Nor was the Supreme Court concerned with the request that Mr. Hiibel identify himself. The Court noted that asking questions is an ordinary and important part of any police investigation, including asking a person for identification. The mere request for identification does not implicate the Fourth Amendment.6 Citing a series of Supreme Court decisions, the Court stated that it is "clear that questions concerning a suspect's identity are a routine and accepted part of many Terry stops" and that "obtaining a suspect's name in the course of a Terry stop serves important government interests." The Court noted that a person's name may make the officer aware of whether the offender is wanted or has a history of violence or mental illness or a history of committing a particular type of crime:
The principles of Terry permit a State to require a suspect to disclose his name in the course of a Terry stop. . . . The request for identity has an immediate relation to the purpose, rationale, and practical demands of a Terry stop. . . . A state law requiring a suspect to disclose his name in the course of a valid Terry stop is consistent with Fourth Amendment prohibitions against unreasonable searches and seizures.7
What About Hiibel's
Right to Remain Silent?
The Fifth Amendment provides that no person may be compelled to be a witness against himself. Is Hiibel permitted, then, to refuse to identify himself under the Fifth Amendment?
Not according to the Court. The privilege against self-incrimination applies only to a communication that is testimonial, compelled, and incriminating. Clearly, asking a person to state his or her name or to produce proof of identity is conduct that is testimonial in nature. Just as clearly, the Nevada statute compels the testimony-the statement to an officer of a person's name.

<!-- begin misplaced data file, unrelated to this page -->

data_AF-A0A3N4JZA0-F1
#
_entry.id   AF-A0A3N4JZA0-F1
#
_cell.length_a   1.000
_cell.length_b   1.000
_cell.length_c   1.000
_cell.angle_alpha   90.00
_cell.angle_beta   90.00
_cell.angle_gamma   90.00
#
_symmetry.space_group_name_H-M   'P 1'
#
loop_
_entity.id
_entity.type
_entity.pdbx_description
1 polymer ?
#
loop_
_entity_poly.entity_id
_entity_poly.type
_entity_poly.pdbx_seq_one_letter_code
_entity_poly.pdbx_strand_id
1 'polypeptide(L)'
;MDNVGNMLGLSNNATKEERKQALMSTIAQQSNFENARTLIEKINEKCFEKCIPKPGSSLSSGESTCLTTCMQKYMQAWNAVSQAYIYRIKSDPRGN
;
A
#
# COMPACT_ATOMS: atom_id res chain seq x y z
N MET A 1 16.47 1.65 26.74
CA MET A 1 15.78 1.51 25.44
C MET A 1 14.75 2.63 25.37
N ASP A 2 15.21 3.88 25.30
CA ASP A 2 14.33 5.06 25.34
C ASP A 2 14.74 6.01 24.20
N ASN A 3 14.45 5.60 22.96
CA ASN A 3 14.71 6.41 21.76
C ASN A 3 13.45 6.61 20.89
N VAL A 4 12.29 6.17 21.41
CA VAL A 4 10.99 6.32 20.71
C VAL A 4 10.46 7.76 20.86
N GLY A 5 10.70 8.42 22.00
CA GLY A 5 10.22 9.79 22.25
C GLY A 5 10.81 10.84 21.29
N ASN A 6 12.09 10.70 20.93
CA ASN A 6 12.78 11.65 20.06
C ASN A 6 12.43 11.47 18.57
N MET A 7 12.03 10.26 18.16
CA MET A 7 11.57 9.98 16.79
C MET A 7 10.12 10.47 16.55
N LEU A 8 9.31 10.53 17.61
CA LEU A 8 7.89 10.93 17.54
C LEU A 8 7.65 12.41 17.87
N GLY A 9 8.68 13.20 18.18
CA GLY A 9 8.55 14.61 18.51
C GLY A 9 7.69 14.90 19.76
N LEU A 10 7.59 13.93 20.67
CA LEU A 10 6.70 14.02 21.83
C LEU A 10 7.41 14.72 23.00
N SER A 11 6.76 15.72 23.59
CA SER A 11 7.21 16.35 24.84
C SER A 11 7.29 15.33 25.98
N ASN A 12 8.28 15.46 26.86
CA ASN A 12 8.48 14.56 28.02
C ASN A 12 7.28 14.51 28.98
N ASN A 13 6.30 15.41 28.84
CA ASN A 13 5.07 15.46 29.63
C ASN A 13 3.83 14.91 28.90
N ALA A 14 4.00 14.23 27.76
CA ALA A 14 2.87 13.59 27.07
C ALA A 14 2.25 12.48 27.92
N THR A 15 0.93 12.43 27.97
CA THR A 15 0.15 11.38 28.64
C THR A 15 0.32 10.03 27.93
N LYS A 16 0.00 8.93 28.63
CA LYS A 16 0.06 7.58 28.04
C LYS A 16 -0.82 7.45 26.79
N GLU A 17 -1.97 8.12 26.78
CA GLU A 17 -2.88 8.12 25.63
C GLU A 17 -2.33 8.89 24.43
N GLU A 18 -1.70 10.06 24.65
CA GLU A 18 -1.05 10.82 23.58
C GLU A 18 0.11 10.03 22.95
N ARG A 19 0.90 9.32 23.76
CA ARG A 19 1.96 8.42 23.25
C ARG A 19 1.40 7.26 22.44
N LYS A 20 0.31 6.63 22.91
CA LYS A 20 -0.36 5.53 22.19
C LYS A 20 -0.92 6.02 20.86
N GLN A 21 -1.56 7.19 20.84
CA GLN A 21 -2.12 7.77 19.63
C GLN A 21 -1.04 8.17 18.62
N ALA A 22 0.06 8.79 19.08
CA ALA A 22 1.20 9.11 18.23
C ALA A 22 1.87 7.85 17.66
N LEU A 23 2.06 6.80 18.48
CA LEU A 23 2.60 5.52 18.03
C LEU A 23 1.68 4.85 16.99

But is stating one's own name an incriminating act? The Court holds that "in this case disclosure of [Hiibel's] name presented no reasonable danger of incrimination." The mere possibility of incrimination is insufficient to establish Fifth Amendment protection; to be protected, the danger of incrimination must be real and appreciable. The Court found no evidence that disclosure of his name would incriminate Hiibel:
While we recognize [Hiibel's] strong belief that he should not have to disclose his identity, the Fifth Amendment does not override the Nevada Legislature's judgment to the contrary absent a reasonable belief that the disclosure would tend to incriminate him.8
What Hiibel Means and Does
Not Mean for Law Enforcement
Hiibel affirms that during a lawful Terry stop an officer may ask the detained person to state his or her name. Hiibel also affirms that in states that have statutes that make it a crime for a person to refuse to identify himself on demand during a Terry stop, a person may be arrested for refusing to do so.
It is important to note what Hiibel does not do. It does not extend or expand the scope of a permitted Terry stop or provide a new or different basis on which to stop and detain persons. It does not permit officers to demand proof or documentation of identity. It does not permit officers to randomly stop persons and demand that they identify themselves.
Bringing a Stop-and-Identify
Statute to a Jurisdiction Near You
Law enforcement officials who work in states that do not have stop-and-identify statutes may wish to work with their legislature to adopt one. To comply with Hiibel, such statutes should be narrowly drafted, so that they apply only in the context of Terry stops and require only a verbal statement of identity.
1 View a video of the Hiibel stop at (www.papersplease.org/hiibel/index2.html).
2 Hiibel v. Sixth Judicial District Court of Nevada, ___ U.S. ___, 124 S. Ct. 2451 (2004).
3 "Court: No Right to Keep Names from Police; Supreme Court Rules People Don't Have Constitutional Right to Refuse to Give Police Their Names," Associated Press; "Court: If Police Ask, You Must Give Your Name," Christian Science Monitor.
4 At the time of this opinion, such stop-and-identify statutes were in effect in 21 states.
5 Hiibel v. Sixth Judicial District Court of Nevada, 59 P.3d 1201, 1206-1207 (2002).
6 Hiibel v. Sixth Judicial District Court of Nevada, ___ U.S. ___, 124 S. Ct. 2451, 2457 (2004).
7 Id., at 2459.
8 Id., at 2461.
This column is prepared monthly by members of IACP's Legal Officers Section. Interested section members should coordinate their contributions with Randy Means at (email@example.com).